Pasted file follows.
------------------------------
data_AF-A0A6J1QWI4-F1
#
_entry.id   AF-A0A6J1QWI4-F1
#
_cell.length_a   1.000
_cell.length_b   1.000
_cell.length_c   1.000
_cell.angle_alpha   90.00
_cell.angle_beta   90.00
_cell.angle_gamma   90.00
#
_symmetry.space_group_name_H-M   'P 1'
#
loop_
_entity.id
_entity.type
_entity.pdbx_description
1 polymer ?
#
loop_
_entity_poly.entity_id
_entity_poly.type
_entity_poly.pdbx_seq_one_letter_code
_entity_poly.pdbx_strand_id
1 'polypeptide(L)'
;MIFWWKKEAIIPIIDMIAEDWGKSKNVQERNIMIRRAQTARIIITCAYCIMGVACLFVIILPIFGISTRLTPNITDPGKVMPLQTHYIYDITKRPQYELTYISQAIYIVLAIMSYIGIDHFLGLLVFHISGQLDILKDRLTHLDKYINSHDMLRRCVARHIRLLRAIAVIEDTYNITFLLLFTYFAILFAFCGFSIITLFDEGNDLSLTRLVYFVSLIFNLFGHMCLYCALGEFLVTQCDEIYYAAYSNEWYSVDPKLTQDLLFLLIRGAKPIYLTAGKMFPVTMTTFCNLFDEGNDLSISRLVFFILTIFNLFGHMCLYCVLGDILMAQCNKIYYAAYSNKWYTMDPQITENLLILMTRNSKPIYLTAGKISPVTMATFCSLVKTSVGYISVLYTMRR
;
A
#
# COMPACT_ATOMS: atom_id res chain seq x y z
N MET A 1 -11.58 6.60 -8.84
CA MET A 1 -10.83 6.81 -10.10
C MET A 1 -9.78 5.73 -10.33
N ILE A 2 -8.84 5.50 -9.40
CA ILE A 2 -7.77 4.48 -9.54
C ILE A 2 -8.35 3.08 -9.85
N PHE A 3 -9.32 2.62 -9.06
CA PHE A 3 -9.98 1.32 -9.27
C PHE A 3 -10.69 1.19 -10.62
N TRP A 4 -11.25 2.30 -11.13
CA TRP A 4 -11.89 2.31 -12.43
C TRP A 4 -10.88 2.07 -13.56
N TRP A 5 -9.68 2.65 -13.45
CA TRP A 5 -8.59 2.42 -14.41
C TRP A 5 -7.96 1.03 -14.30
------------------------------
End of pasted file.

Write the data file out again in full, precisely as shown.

data_AF-A0A6J1QWI4-F1
#
_entry.id   AF-A0A6J1QWI4-F1
#
_cell.length_a   1.000
_cell.length_b   1.000
_cell.length_c   1.000
_cell.angle_alpha   90.00
_cell.angle_beta   90.00
_cell.angle_gamma   90.00
#
_symmetry.space_group_name_H-M   'P 1'
#
loop_
_entity.id
_entity.type
_entity.pdbx_description
1 polymer ?
#
loop_
_entity_poly.entity_id
_entity_poly.type
_entity_poly.pdbx_seq_one_letter_code
_entity_poly.pdbx_strand_id
1 'polypeptide(L)'
;MIFWWKKEAIIPIIDMIAEDWGKSKNVQERNIMIRRAQTARIIITCAYCIMGVACLFVIILPIFGISTRLTPNITDPGKVMPLQTHYIYDITKRPQYELTYISQAIYIVLAIMSYIGIDHFLGLLVFHISGQLDILKDRLTHLDKYINSHDMLRRCVARHIRLLRAIAVIEDTYNITFLLLFTYFAILFAFCGFSIITLFDEGNDLSLTRLVYFVSLIFNLFGHMCLYCALGEFLVTQCDEIYYAAYSNEWYSVDPKLTQDLLFLLIRGAKPIYLTAGKMFPVTMTTFCNLFDEGNDLSISRLVFFILTIFNLFGHMCLYCVLGDILMAQCNKIYYAAYSNKWYTMDPQITENLLILMTRNSKPIYLTAGKISPVTMATFCSLVKTSVGYISVLYTMRR
;
A
#
# COMPACT_ATOMS: atom_id res chain seq x y z
N MET A 1 -11.58 6.60 -8.84
CA MET A 1 -10.83 6.81 -10.10
C MET A 1 -9.78 5.73 -10.33
N ILE A 2 -8.84 5.50 -9.40
CA ILE A 2 -7.77 4.48 -9.54
C ILE A 2 -8.35 3.08 -9.85
N PHE A 3 -9.32 2.62 -9.06
CA PHE A 3 -9.98 1.32 -9.27
C PHE A 3 -10.69 1.19 -10.62
N TRP A 4 -11.25 2.30 -11.13
CA TRP A 4 -11.89 2.31 -12.43
C TRP A 4 -10.88 2.07 -13.56
N TRP A 5 -9.68 2.65 -13.45
CA TRP A 5 -8.59 2.42 -14.41
C TRP A 5 -7.96 1.03 -14.30